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Is Silicone Bad for the Environment? All Your Silicone Questions Answered

Silicone can be found in a lot of products these days. It’s used to manufacture contact lenses, cooking utensils, baby products, medicines, it can be used for certain types of insulation, and utilized as an adhesive too.

But what exactly is it? Is silicone eco-friendly, or is it bad for the environment?

A short answer is, silicone is not the best material, but it’s certainly not the worst, and it is a suitable, more eco-friendly alternative to plastic.

Plastic is a man-made material produced primarily for packaging and single-use, with over 40% being disposed of after one use. The way it is created contributes to a high carbon footprint, plus, when it’s discarded, it takes years to break down and its residue and particles can be harmful to the environment.

Silicone, on the other hand, consists of silicon, which is derived from silica, a natural element similar to sand. The material could be classified as a form of synthetic rubber – a polymer made up of siloxane that doesn’t break down into harmful micro-pieces like plastic. Silicone is flexible and highly resistant, doesn’t contain phthalates or BPA chemicals, plus, it’s odorless and non-toxic.

Although it can be argued that the heating process that transforms the material into a final silicone product can be environmentally damaging, it’s still not as bad as plastic, and silicone is long-lasting, so with the right care, can last for decades.

There’s much to talk about, so let’s find out if silicone is bad for the environment, if it can break down effectively and discover the main differences between silicone and plastic below.

Can silicone break down?

One question often asked is, does silicone break down? The truth is silicone is a strong, durable material which makes it difficult to break down. It has the ability to withstand extreme temperatures, it repels water, resists UV light exposure, and it rarely reacts with other elements.

It’s a material designed for longevity. Studies have shown, that while experimenting with saline and high-temperature conditions, silicone does begin to change its properties and become more brittle, therefore it can break down, but not on its own, it needs help to do so.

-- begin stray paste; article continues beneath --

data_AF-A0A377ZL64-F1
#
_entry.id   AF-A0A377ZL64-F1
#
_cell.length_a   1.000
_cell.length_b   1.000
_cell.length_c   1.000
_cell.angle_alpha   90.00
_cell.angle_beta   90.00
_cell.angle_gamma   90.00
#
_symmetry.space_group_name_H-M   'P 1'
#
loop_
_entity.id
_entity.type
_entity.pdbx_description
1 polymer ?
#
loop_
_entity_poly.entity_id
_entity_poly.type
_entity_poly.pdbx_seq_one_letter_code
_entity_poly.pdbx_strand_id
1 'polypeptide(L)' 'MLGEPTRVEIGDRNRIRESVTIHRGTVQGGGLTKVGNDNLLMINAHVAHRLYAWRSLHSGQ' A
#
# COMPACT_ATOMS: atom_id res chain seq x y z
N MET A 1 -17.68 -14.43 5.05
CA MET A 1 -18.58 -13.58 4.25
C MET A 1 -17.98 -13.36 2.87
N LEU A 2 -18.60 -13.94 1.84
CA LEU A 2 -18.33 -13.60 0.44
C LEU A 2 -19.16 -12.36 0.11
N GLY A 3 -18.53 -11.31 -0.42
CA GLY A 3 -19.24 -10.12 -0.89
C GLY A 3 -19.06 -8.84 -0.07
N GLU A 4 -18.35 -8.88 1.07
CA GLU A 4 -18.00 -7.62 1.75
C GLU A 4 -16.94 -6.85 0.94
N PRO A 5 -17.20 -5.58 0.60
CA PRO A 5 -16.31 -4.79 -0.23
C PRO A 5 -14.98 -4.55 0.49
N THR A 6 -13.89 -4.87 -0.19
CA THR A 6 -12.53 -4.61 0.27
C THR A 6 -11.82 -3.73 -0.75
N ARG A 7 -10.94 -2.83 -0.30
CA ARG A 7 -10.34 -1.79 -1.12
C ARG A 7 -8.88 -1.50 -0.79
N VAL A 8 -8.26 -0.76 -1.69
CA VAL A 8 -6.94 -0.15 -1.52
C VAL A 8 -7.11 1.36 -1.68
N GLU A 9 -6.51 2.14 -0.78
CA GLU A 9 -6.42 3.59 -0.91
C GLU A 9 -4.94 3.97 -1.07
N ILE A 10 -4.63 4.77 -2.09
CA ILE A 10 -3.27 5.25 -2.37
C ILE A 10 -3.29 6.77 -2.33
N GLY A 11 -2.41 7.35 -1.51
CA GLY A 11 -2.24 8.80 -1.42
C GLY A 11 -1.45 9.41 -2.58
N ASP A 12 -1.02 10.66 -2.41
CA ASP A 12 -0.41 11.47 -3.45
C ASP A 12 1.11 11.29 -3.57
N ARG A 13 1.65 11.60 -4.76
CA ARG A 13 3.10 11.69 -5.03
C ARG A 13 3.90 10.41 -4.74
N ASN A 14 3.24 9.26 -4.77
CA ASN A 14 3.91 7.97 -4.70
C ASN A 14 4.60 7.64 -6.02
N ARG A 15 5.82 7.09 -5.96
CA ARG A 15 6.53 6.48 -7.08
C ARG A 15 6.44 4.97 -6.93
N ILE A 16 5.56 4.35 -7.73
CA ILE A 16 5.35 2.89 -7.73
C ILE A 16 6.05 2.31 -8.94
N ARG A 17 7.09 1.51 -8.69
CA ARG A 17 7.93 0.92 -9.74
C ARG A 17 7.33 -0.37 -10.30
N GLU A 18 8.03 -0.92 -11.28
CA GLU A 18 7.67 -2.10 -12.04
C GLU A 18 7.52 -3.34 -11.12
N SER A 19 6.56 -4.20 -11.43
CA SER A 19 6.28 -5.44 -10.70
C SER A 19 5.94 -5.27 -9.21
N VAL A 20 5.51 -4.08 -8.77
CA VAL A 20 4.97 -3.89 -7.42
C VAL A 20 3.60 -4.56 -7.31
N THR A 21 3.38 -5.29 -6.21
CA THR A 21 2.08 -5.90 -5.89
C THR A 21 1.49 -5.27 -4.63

So, what does this mean for the environment? Well, it does make silicone safer for wildlife and marine animals as it won’t break down should it end up in the ocean.

However, the fact that silicone doesn’t decompose easily also raises further questions. Will it remain in landfill for hundreds of years if the chances of it breaking down are so small?

Unfortunately, as of yet, silicone isn’t viewed as a fully recyclable material, therefore, a lot currently ends up in general waste which can present an ongoing problem if a solution isn’t found.

Silicone: Is it biodegradable?

Is silicone biodegradable? A short answer is no. If something is biodegradable then it means that living organisms can break down the material until it is absorbed back into nature once more. The term ‘biodegradable’ is made up of the terms ‘bio’ and ‘degradable’. Bio means life, and degradable means decomposable, whether chemically or biologically.

Some good examples of biodegradable items would be food scraps or products made from bamboo. If you were to bury the remnants of these products in the ground or compost them, then check on them a year later, they would have disappeared, being absorbed back into the natural environment.

If you try the same experiment with silicone, you could return year after year to see no improvement at all. The silicone would still remain, albeit slightly weaker or moderately broken down, but it would still exist.

This is because silicone is a hybrid of synthetic rubbers and synthetic plastic polymers. It is powerful, non-reactive, stable, and very resistant to extreme conditions, both environmentally, and temperature-wise, withstanding anything from -55 °C to +300 °C.

How long does silicone take to decompose?

There’s no real answer to this question. Silicone can take between 50 and 500 years to decompose. It will decompose at different rates, depending on the conditions it is exposed to over time.

How bad is silicone for the environment?

Silicone isn’t as bad for the environment as plastic. Firstly, because it’s not single-use, and secondly, because the materials it contains are non-porous and non-toxic. Silicone products can last for decades with care, you only have to look at the range of products it features in.